This research-focused internship combines working on a scientific experiment with practical involvement in management of valuable natural areas. Situated in the Caribbean island of Saba, it deals with the issue of controlling invasive plants in an island ecosystem and awareness raising within the local community.
Invasive alien plants pose a significant threat to Caribbean islands, which can be clearly seen with Coralita (Antigonon Leptopus) on Saba. The Caribbean region is considered one of the top hotspots of biodiversity in the world because of the high number of endemic species found in the region as compared to its geographic area. During the past 20 years, however, the invasive Coralita has started spreading on the island and it is now creeping in into valuable nature areas. These are a major attraction for tourists, which gives the problem an important economic dimension as well.
This project is a research-focused internship, in which the balance of research and practice can be tweaked according to your interests. In the research element, you will work with two PhD candidates experimenting with the germination and regrowth of Coralita under different degrees of shade. The main research question: Is creating shade a suitable management approach to Coralita? In addition, a new experiment could be set up that addresses revegetation options: what are attractive options for local land owners that help keeping Coralita out? The outcomes of this study will be used to engage the local community in containment of the plant, by offering them an effective management approach.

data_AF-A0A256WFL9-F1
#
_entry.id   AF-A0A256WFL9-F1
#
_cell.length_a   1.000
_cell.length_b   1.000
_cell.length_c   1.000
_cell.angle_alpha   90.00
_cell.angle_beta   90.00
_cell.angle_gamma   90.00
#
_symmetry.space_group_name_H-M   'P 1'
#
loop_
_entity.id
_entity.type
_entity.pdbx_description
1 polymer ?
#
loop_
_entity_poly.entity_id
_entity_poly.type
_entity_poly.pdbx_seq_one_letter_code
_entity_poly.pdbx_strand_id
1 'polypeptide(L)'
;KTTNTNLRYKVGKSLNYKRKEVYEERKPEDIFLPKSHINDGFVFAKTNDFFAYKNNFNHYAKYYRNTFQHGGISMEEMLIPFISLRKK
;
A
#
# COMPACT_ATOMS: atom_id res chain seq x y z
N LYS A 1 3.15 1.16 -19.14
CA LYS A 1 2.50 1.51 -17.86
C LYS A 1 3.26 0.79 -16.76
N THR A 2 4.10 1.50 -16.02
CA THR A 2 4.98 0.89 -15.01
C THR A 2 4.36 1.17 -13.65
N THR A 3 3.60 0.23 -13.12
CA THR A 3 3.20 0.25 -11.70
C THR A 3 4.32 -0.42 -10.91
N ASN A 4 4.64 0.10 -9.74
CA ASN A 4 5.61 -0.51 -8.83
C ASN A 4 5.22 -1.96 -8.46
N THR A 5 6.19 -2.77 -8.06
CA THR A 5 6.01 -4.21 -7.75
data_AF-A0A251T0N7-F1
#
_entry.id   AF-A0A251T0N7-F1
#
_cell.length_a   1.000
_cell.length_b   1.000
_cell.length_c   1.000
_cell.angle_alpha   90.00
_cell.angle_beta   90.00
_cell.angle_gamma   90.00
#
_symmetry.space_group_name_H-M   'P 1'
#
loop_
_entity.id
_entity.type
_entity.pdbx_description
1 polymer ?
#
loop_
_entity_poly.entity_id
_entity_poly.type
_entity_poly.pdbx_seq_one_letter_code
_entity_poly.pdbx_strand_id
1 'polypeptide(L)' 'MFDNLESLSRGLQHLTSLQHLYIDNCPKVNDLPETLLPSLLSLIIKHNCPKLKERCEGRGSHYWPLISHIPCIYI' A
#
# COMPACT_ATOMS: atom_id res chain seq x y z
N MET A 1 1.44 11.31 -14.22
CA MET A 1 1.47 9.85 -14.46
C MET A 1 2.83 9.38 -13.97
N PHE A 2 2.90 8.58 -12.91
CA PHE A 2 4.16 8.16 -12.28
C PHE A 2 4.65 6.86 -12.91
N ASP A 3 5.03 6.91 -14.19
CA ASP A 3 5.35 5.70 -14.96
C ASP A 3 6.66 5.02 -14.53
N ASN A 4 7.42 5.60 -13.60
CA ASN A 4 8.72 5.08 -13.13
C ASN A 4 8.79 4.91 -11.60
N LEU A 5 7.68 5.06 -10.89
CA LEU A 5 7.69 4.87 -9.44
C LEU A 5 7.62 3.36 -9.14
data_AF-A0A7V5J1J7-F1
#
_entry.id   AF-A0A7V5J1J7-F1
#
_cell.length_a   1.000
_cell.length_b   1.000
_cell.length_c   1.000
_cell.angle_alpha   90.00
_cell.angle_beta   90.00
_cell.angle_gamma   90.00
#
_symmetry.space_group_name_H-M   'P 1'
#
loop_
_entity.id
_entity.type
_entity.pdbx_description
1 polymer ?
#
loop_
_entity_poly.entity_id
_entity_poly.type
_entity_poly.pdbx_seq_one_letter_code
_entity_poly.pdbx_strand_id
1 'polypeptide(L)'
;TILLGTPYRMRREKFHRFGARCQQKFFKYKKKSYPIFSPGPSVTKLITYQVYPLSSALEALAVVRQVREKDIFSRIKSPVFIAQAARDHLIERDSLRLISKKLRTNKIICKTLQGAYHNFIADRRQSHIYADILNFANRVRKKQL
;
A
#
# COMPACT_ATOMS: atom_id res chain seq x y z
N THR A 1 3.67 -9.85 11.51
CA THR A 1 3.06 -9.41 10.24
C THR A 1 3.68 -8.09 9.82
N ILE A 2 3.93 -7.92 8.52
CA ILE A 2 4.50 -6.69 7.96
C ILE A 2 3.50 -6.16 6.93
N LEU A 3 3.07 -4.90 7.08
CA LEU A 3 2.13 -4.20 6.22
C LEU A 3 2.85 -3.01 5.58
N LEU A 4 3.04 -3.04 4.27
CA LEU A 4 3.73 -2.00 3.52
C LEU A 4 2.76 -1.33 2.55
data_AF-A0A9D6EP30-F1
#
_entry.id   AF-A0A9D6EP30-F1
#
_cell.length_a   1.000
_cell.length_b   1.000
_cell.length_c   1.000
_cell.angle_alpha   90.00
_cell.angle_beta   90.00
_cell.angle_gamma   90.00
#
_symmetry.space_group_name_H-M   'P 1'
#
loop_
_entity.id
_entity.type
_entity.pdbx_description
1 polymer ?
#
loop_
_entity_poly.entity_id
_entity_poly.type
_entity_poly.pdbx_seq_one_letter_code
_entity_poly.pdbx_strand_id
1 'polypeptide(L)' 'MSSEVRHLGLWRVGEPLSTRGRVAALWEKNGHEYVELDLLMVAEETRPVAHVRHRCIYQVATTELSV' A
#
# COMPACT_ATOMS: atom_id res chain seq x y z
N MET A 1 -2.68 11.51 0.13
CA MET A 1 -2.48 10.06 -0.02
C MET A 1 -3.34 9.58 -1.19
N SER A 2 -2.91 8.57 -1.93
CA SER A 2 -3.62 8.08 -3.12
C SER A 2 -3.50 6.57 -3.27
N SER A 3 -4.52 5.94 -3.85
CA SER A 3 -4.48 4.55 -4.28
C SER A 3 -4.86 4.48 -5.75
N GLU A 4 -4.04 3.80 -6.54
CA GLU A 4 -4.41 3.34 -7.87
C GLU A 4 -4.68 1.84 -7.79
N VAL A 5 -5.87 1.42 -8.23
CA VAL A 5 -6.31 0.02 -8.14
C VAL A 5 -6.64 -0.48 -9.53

In the practice part of the project, you will assist the terrestrial natural park manager from the Saba Conservation Foundation (SCF) in his daily activities. SCF manages two terrestrial areas. One of them is a 43 ha pie-shaped tract of land on the north coast of Saba. The area has important biological, geological and historical values. It encompasses all vegetation zones present on Saba, an abandoned sulphur mine, hot springs, and it is an important nesting area for Red-billed tropicbirds and several other species of seabirds. The other is the Elfin Forest Reserve. This an 8.6 ha plot of montane cloud on the top of Mt. Scenery. It consists of two areas of primary forest and represents climax vegetation. In addition, SCF maintains several hiking trails around the island, for which the terrestrial manager is responsible as well.
The student is expected to write a scientific report on the outcome of the experiment(s). Furthermore, the local partners will be working closely with the student to ensure the outcomes are translated into practical recommendations. Saba does not have an invasive management programme, and it is our hope this study will help in pushing that forward. Next to that, outreach to the general public is very important for this project, since we want to raise awareness amongst Sabans concerning the difficulty of controlling Coralita, but also the best way to go about it. Appropriate outreach activities will be decided on with the student, for example school visits, a policy brief for the government, and a public lecture.
Supervision and facilities provided
The SCF regularly hosts interns and can offer work space, a network of scientists and support in managing the experiment. There will be other interns you can discuss your research with. In your work with the terrestrial manager, tools and transportation will be provided. The expenses for housing on and travel to Saba are for the student. The manager of SCF can offer academic supervision, as well as the Utrecht University researchers who set up the experiment.
The student should be able to monitor and maintain a field experiment. In addition, some rudimentary statistical analysis are needed for analysing the data. Ecology, plant biology or a botanical background are needed, and familiarity with tropical vegetation or invasive species would help. We would like the student to start the 1st of June, and the final report should be finished one month after the student has left Saba.